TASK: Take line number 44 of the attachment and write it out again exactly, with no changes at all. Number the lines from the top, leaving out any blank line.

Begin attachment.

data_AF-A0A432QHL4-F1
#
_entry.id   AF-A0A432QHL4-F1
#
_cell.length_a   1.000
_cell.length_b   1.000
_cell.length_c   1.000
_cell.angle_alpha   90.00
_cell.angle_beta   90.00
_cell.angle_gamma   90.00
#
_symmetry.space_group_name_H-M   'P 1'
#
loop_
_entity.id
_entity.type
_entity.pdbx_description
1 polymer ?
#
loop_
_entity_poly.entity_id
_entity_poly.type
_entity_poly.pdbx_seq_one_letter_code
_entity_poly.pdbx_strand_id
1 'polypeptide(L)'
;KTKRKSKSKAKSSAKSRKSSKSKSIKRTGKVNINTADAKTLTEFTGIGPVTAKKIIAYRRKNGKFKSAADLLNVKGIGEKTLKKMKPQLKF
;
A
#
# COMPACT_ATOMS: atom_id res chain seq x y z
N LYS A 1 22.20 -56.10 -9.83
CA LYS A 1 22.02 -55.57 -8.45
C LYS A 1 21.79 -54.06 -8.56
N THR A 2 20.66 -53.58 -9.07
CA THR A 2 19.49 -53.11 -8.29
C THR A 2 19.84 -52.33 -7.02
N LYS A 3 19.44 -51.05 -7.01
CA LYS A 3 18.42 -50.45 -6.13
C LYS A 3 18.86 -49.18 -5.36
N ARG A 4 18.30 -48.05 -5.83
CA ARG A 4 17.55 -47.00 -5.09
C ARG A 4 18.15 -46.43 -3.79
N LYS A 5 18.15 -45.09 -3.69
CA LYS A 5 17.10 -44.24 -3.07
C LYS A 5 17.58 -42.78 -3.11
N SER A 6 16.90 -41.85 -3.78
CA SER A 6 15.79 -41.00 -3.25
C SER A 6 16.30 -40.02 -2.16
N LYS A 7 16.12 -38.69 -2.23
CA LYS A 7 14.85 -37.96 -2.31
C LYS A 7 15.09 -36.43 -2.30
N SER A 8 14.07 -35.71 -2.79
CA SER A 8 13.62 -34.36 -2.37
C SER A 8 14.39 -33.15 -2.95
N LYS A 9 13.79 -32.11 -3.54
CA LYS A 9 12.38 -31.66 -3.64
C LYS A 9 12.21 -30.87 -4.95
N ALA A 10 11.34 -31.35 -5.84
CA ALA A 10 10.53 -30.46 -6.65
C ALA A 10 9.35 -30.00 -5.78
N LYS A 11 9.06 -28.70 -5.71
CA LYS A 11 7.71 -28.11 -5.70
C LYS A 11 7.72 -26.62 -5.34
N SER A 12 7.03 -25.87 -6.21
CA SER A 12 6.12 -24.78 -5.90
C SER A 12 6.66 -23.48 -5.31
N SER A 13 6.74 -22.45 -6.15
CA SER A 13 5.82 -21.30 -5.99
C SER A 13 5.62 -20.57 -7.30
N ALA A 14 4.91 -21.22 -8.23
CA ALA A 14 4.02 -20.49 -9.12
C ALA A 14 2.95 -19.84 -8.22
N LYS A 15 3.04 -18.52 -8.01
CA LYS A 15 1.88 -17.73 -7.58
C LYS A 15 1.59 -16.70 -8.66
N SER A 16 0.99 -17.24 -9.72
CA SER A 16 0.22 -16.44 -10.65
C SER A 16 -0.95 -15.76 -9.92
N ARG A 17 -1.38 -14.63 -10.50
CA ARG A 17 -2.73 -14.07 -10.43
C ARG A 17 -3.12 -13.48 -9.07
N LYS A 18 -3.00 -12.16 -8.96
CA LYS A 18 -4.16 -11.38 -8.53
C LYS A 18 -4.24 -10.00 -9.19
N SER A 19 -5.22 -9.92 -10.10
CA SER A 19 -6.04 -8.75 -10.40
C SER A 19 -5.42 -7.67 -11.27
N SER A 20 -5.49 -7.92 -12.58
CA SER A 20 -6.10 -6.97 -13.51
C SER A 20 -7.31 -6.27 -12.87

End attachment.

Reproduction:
CA LYS A 5 17.10 -44.24 -3.07